• RBI (India): the October inflation figure included an increase in headline CPI at 4.5% YoY from 4.3%, still at a very comfortable level for the RBI. In contrast, core CPI (5.9% YoY) and even more the WPI (12.5% YoY) could force the RBI to start its normalisation process at its December meeting, hiking the reverse repo rate to 3.75% (+40bps) and returning to a symmetric corridor around the policy rate (4.0%). A proper hiking cycle through the policy rate is not expected to begin until April 2022. We do expect a gradual tightening in 2022 as long as inflation fluctuates around the RBI’s upper range.
  • BCB (Brazil): the CB hiked rates by 150bps (to 7.75%) and pre-announced another hike of similar magnitude in December. In addition, the CB tightened its forward guidance, stating that policy rates needed to rise “even further” into contractionary territory as a response to rising fiscal concerns. These were driven by the administration’s announcement that the spending cap, the ultimate fiscal anchor, would be ‘bent’ to create the fiscal room needed to alleviate pressing social demands – and additional upside risks to inflation. We see the BCB taking SELIC into double digits in the new year and a terminal rate around 11%, a nearly five-year high.
  • CBR (Russia): following the October hike of 75bps to 7.5% and the October YoY inflation of 8.1%, we are expecting another hike at the December meeting. In October, the CBR had mentioned faster growth in domestic demand than in supply capacity, leading to increasing inflationary expectations, and had left the door open to further hikes. According to the revised medium-term forecasts, the CBR expects year-end inflation to be in the 7.4-7.9% range, higher than its previous forecasts, and to decline to 4-4.5% by the end of 2022. We expect December inflation to be close to 8% YoY.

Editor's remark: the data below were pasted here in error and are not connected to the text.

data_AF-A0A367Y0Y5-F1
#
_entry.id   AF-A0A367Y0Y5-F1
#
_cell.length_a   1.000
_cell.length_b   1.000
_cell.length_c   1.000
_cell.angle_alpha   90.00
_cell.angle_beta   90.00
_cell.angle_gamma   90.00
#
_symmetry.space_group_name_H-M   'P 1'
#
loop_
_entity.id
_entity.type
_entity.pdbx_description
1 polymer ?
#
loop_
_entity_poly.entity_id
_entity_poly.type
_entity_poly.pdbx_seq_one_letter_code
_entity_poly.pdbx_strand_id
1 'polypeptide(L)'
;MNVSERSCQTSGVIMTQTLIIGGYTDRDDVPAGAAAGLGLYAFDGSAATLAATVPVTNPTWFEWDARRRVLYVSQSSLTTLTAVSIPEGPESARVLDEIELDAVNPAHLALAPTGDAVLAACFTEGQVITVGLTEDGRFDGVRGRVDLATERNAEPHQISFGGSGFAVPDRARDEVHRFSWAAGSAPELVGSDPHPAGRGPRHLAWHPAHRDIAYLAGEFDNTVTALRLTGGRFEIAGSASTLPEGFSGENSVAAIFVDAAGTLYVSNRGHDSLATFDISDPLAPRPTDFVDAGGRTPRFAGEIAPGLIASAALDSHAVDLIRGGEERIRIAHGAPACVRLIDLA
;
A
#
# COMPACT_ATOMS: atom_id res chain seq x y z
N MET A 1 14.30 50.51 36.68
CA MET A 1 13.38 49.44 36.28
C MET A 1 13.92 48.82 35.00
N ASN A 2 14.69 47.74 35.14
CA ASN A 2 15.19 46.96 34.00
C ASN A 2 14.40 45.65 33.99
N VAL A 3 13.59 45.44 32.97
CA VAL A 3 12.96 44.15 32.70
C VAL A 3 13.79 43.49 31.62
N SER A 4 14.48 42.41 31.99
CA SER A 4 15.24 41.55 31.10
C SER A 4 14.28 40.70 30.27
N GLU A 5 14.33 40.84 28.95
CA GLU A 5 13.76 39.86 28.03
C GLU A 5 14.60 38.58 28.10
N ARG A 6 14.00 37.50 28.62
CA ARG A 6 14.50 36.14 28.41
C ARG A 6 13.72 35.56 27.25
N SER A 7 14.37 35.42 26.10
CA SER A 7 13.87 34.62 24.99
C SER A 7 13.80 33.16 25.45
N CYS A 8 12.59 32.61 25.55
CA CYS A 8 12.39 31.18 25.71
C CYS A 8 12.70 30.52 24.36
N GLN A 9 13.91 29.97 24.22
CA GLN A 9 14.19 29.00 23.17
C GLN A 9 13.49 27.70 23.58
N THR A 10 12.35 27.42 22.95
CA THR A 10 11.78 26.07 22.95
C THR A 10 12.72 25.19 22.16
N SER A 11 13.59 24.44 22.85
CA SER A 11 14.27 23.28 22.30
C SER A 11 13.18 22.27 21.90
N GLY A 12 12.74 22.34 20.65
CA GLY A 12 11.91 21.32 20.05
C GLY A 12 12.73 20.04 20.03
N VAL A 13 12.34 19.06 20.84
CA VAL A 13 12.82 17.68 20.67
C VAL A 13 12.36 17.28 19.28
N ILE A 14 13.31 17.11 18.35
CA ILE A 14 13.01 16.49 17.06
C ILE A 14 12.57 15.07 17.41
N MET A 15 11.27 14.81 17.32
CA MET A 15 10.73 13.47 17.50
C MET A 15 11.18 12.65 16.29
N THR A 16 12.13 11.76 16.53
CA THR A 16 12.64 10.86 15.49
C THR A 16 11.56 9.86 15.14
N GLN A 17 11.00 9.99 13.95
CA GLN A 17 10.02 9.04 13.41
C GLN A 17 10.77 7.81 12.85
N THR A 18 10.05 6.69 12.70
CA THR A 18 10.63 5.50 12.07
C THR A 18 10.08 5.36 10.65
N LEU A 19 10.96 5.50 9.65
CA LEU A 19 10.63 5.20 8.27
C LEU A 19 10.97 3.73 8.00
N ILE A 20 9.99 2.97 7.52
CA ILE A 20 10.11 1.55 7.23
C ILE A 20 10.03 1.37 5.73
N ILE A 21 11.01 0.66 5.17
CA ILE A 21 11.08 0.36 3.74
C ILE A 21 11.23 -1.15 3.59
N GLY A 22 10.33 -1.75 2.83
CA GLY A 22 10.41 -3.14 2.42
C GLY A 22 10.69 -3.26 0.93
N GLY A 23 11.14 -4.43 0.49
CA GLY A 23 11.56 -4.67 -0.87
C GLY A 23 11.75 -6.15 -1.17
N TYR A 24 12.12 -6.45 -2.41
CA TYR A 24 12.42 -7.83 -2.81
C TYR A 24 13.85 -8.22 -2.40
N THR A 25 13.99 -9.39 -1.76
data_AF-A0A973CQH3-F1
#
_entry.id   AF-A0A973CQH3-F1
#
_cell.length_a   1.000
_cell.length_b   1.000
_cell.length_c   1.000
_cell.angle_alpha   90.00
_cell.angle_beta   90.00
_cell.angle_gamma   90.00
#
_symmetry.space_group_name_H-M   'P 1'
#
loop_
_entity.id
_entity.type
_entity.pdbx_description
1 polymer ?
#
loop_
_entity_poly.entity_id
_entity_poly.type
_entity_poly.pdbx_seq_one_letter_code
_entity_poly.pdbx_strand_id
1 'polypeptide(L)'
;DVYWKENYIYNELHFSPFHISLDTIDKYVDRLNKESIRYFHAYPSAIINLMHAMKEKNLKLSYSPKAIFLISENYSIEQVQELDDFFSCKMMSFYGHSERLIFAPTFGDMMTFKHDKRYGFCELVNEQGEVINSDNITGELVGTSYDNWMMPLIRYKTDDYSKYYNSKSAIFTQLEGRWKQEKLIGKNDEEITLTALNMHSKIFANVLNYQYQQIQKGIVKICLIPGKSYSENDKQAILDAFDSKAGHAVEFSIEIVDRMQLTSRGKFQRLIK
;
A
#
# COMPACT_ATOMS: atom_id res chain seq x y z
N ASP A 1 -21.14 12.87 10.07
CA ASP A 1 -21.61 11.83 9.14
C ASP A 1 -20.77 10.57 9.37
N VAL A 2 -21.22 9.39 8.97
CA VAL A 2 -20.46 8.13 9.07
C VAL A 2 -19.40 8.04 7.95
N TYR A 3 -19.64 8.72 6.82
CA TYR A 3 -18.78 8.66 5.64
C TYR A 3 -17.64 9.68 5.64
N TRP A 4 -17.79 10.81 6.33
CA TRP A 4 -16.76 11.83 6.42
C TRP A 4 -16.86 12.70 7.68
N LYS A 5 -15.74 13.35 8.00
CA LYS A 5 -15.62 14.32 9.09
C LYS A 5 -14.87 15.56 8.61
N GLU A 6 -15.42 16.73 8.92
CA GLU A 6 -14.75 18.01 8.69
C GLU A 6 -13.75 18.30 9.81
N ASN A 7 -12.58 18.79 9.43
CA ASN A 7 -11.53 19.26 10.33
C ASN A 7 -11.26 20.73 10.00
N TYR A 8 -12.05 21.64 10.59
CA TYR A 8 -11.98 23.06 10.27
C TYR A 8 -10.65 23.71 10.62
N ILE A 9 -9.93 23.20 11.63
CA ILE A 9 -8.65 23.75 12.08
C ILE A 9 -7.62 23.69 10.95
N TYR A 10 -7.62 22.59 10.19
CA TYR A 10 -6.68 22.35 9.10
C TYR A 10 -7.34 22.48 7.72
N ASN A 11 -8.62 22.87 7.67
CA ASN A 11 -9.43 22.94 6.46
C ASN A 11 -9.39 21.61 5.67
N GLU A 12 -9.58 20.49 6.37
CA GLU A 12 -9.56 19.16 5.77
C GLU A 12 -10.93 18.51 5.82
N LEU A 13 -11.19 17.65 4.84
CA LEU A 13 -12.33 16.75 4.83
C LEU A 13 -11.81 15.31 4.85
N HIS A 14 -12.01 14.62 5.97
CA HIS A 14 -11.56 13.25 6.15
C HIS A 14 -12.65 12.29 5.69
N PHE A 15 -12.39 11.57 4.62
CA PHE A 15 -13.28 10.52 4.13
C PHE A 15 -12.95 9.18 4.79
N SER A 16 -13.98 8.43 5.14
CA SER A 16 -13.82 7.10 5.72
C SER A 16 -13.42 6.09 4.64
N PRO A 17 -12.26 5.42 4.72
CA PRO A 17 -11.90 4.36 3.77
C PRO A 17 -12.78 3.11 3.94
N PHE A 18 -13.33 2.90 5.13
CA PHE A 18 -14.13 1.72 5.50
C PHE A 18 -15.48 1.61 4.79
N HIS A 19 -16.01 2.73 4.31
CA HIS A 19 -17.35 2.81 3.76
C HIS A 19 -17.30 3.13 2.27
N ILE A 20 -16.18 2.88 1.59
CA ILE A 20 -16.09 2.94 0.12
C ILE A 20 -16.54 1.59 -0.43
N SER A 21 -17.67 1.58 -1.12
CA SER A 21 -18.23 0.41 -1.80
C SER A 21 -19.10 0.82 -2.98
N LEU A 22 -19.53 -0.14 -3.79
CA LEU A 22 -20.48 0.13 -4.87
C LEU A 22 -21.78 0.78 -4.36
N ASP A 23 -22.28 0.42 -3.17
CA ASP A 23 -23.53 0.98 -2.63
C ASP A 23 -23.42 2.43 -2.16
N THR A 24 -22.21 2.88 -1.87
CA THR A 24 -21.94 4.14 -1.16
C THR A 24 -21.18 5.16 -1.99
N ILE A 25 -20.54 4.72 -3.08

The uncertainty around the macro forecasts is very high, and it triggers frequent reassessments any time fresh high frequency data are available. Our macroeconomic forecasts at this point include a higher qualitative component, reducing the statistical accuracy and increasing the uncertainty through wider ranges around them.


— Scenarios

The probabilities reflect the likelihood of financial regimes (central, downside and upside scenario) which are conditioned and defined by our macro-financial forecasts.

— Risks

The probabilities of risks are the outcome of an internal survey. Risks to monitor are clustered in three categories: Economic, Financial and (Geo)politics. While the three categories are interconnected, they have specific epicentres related to their three drivers. The weights (percentages) are the composition of highest impact scenarios derived by the quarterly survey run on the investment floor.